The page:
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Siamak Pourzand was sentenced in 2002 to 11 years in jail.
The widow of a veteran Iranian journalist who jumped to his death last week has expressed shock at his suicide, RFE/RL's Radio Farda reports.

Siamak Pourzand, a prominent cultural figure who was jailed in his 70s on charges including adultery and spying, died on Friday (April 29) after throwing himself from the balcony of his Tehran apartment.

His daughter said Pourzand took his own life because of the severe depression he was suffering from. Pourzand had been under house arrest for the last five years and was barred from leaving the country and joining his family abroad.

His widow, Mehrangiz Kar, told RFE/RL that her husband's suicide came out of the blue.

"He was so hopeful to be able to see his children after 10 years, that I never expected this. But they took him to a point where he was not allowed to leave the country even under supervision to meet his children for one last time," she said.

"He was so hopeful to be able to see his children after 10 years, that I never expected this. But they took him to a point where he was not allowed to leave the country even under supervision to meet his children for one last time," she said.

She added, "We are going to pursue his last hope to establish a commission, similar to the one established in South Africa; a Truth and Reconciliation Commission, regardless of the regime in Iran."

Kar said Pourzand "hoped to live to see the day that such a commission would be established, where he could demand the rights and reveal his true story, speak of the actions taken against him, and at the end, forgive."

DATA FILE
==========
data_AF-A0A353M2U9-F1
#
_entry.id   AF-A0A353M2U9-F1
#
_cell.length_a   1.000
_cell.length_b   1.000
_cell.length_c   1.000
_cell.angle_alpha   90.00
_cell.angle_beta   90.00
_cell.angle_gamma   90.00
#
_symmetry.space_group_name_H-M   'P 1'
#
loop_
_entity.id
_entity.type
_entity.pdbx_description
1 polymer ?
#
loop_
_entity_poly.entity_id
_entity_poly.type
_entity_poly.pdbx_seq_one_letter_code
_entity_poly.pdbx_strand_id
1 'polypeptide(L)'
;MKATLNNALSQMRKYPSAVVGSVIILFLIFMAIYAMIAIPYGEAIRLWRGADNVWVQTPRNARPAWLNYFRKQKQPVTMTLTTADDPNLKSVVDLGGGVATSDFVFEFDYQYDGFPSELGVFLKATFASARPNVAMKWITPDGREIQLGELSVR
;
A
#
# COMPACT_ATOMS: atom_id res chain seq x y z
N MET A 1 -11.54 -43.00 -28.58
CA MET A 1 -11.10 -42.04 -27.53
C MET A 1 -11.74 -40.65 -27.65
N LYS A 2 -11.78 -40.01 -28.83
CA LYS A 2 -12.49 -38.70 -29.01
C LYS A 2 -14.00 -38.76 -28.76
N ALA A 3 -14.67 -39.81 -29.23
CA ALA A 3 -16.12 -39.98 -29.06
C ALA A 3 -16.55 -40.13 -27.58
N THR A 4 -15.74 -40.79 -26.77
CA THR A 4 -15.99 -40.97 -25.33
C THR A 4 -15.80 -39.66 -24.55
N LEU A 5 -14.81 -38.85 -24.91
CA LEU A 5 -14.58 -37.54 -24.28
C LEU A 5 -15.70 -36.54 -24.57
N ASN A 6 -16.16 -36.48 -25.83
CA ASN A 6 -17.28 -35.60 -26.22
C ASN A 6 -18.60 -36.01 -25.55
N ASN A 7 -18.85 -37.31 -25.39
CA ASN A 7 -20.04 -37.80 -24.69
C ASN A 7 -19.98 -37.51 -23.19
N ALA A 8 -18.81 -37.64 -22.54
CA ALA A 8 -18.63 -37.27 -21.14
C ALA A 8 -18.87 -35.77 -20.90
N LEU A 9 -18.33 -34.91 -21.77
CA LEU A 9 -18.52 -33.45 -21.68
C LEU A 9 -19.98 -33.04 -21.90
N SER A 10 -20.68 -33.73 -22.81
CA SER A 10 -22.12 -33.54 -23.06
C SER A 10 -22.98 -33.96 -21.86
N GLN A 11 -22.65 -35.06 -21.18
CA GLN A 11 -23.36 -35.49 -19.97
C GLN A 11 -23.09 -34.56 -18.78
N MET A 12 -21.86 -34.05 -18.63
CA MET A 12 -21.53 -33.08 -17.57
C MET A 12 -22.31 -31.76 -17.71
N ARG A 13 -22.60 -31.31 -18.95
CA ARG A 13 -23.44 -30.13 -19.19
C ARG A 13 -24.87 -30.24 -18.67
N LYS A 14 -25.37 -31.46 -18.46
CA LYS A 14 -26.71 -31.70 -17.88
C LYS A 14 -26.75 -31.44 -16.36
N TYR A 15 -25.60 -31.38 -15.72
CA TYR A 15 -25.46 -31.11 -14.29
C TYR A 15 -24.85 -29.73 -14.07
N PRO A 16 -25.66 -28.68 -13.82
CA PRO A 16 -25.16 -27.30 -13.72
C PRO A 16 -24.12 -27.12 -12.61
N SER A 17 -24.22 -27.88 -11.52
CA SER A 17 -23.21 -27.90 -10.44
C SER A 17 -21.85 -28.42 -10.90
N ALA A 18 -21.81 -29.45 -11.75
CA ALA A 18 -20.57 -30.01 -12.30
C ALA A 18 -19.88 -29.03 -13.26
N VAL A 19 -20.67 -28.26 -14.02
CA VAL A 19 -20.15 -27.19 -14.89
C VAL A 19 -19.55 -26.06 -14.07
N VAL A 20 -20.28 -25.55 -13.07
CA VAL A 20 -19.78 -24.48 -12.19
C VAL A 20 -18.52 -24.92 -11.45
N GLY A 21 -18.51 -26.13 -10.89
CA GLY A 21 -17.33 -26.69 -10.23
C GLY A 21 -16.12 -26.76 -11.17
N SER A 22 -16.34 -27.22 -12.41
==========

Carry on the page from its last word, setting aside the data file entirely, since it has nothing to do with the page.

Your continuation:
Official Harassment

Pourzand began his long career in 1952 as a journalist working for several independent newspapers, something he did before and after the 1979 Islamic Revolution.

He later took over the management of Tehran's artistic and cultural center and was a cultural commentator for several reformist newspapers after 1997.

Pourzand was abducted by security agents in November 2001 and was held in solitary confinement for several months and tortured in an attempt to extract a televised confession from him.

He was sentenced in 2002 to 11 years in jail on charges of "spying and undermining state security" and "links with monarchists and counterrevolutionaries."

He later on also faced a charge of adultery.

Pourzand's health deteriorated in prison after which he was released on a medical parole, spending his last few years under house arrest and constant harassment from Intelligence Ministry interrogators.
CHITA, Russia -- A Russian man who was tortured by police in 2009 has been awarded the equivalent of $12,500 in compensation by a court in the eastern city of Chita, RFE/RL's Russian Service reports.

Last summer, three local policemen were found guilty of torturing Vitaly Rubtsov in 2009.

Investigators said in court that police took Rubtsov into the forest, handcuffed him, and put a gas mask over his face to deprive him of air in an effort to coerce him into confessing that he had stolen cars.

According to the court decision on May 5, the convicted policemen and the local government must each pay half of the compensation.

Read more in Russian here

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"Watchdog" is a blog with a singular mission -- to monitor the latest developments concerning human rights, civil society, and press freedom. We'll pay particular attention to reports concerning countries in RFE/RL's broadcast region.

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